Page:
An Archive of Unknown Incidents

Crouching down, I’m discreetly picking up shards of glass from the kerb of a hectic junction in the nowhere lands of East London. One eye on the glass, the other scanning the road for traffic, I feel like prey in a documentary, urgently gathering food whilst wary of predators. A man interrupts to thank me for my service. Bewildered, I trawl my brain, looking for an explanation for his gratitude at this purely selfish act. With my bike flung on the ground, he has assumed that I’m altruistically removing glass for the benefit of my fellow cyclists, I make a half hearted attempt to live up to his expectations.
Ordinarily the awkwardness of strangers is enough to keep me from having to explain myself as I assess the scope and nature of the glass I find. Can I gather it easily or has it been contaminated by nearby debris?  Will I need a bigger bag? For four years I couldn't pass even a single fragment of glass without crouching to gather, label and date my find.  Every pocket of every bag, home to a selection of ziplock bags, evidence bags. My finger tips stinging with the memory of a thousand glinting fragments. Extra time allowed for journeys likely to be rich in this improbable treasure.
Bus stop glass and beer bottle glass, clear glass and dark glass, green and brown, thick and thin. Glass that is sticky from a fresh breakage or crushed to a powder by the rush hour traffic. Glass that is buried deep in the mud or scattered lightly on the pavement, cutting sandalled toes on a summer evening. Champagne bottle glass, tinted glass, windscreen glass. Glass that is printed or reinforced, glass that is printed and reinforced, eye glass glass. Perhaps my favourite was the wafer thin, milky white glass of a fluorescent strip light bulb, incongruously encountered in the alleyway between St Johns and the big Tesco.
I’ve always felt drawn to and comforted by rubbish in the public realm. Not litter per se but the bits and pieces that hang around the edges. The imperfections that are the difference between reality and a hyper realistic render. I see humanity in the detritus around me, every piece of discarded chewing gum, a trace of a person. Constellations of greying circles on the pavement lying in testament to the humans who passed through this space on different days, different years. They are connected by an imperceptible thread that somehow gains strength through its smallness.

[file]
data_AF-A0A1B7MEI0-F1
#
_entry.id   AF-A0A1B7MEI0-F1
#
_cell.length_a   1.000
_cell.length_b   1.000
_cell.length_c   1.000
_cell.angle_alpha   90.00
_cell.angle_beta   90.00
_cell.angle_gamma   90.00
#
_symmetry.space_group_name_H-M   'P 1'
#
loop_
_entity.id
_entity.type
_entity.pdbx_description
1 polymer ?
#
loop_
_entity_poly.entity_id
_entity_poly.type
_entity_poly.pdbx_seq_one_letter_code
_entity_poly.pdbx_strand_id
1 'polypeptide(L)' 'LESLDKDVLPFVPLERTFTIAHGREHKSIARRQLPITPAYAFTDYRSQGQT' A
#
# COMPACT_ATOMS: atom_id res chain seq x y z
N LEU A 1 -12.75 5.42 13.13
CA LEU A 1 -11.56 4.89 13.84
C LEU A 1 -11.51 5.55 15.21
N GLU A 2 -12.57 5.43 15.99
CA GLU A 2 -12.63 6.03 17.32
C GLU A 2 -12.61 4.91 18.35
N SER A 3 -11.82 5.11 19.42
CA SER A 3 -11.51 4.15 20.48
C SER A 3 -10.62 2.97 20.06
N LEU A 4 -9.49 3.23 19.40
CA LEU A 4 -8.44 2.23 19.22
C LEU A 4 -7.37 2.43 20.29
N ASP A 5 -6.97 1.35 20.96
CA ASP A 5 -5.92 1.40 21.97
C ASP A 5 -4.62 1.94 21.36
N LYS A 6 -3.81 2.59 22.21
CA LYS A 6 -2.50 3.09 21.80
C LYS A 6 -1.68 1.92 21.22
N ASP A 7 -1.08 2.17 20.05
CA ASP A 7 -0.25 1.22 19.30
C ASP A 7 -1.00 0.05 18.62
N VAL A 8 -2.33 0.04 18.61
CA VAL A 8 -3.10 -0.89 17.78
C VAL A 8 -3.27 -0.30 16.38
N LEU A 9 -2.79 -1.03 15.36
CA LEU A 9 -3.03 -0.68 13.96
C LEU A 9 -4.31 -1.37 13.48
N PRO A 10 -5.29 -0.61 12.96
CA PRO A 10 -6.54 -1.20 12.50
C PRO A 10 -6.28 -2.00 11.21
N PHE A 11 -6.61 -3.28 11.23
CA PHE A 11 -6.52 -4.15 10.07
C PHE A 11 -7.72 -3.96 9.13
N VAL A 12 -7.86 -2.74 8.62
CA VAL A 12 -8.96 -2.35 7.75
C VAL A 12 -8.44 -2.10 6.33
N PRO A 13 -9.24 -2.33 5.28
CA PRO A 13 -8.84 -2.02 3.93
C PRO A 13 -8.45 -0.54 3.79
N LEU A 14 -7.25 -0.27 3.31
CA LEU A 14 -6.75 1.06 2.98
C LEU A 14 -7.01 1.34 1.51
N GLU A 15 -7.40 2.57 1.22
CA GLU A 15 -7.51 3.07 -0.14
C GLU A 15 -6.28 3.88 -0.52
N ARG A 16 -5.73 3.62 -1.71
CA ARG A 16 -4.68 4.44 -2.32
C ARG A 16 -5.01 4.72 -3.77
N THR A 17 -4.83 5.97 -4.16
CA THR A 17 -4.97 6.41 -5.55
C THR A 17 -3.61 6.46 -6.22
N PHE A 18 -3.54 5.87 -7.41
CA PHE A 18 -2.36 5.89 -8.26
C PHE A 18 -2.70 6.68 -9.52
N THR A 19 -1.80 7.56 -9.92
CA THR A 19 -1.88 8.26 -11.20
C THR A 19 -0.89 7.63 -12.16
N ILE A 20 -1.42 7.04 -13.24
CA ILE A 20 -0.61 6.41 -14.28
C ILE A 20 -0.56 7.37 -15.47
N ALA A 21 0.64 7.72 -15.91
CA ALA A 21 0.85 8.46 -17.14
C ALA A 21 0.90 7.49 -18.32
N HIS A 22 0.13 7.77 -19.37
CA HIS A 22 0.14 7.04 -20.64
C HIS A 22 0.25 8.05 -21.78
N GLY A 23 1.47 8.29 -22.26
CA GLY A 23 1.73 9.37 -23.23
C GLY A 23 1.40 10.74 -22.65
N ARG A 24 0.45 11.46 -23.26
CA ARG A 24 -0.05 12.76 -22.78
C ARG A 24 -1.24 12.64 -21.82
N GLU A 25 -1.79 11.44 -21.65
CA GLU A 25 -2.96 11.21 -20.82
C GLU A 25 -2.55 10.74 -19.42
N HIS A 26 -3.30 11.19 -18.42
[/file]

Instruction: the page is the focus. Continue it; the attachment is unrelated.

As a child my local station was at the end of the line, where detritus gathers. I’d gaze with endless fascination at the collection of plastic oddments that had congregated behind the buffers: smarties caps and burst balloons, fragments of a broken lighter, multiples of the unnamed piece that holds a bottle top in place. All welcome adornments to the otherwise cheerless gravel. The places where people can’t reach or won’t reach, they are the best places. Currently a giant candy cane deflates slowly behind the station fence in Cheshunt, I know because I pass it every day and every day it gives my heart a very small lift.
The glass, in its turn, seems to do more than simply drawing an invisible thread between me and its previous caretakers. Implied in its existence is the fact that something happened. Whether through violence or carelessness, accident or design, glass was broken. A bus veered into a lamppost or a drunken city boy dropped a bottle to the ground; a car window stoved in by an angry lover or a brazen thief. An abandoned warehouse decaying until its windows smash onto the path below. Perhaps someone intended to hurt a stranger, or a friend, or themselves. Glass was broken, a noise rang out, a dirty, crunchy noise with violence at its core.  Something happened.
Once in my ownership the glass becomes a piece of source material, an ever changing negative from which I create cyanotypes, postcards from the places where I crouched in the kerb. Glass is surprising, it will let through more or less light than you expect, revealing embossed numbers or embedded dirt, invisible to the naked eye.  The images might resemble clusters of cells or a remote island.  The Fluorescent tube glass becomes a beautiful galaxy with depth and complexity whilst Corona bottles invariably create a slightly whimsical print, beautiful but not quite to my taste.  The thick dark glass of a champagne bottle allows a long exposure and so a deep blue background which somehow feels appropriate.  Even the most regimented windscreen glass, designed to stay in one piece, embodies a kind of beautiful chaos.
I’ve learned that cyanotypes made using glass are better when exposed in the shade, no sharp shadows, the images somehow more detailed and revealing.  But cyanotypes need the bright light typical of a sunny day. I find myself chasing shade, wandering away only to find yet another overexposed print on the bow of my boat, the sun having shifted whilst I was distracted. The exposed paper has a different colour to the final print, the trick is to catch it just as the paper moves from blue to a dirty grey and then plunge it into water as quickly as possible.  Still then, there is the anxious wait of washing and drying before the final image is revealed.
At some point I found myself able to walk past broken glass and the collecting phase was over.  The prints have been made and the glass has taken on a new role as ballast, working to compensate for a slight list on the boat that is my home. There is an archive of unknown incidents underneath my bed.
Cyanotype is an alternative photographic process that allows you make images without the use of a camera.  Cyanotypes or sun prints are made by placing objects onto specially coated paper in order to create inverse images when exposed to daylight.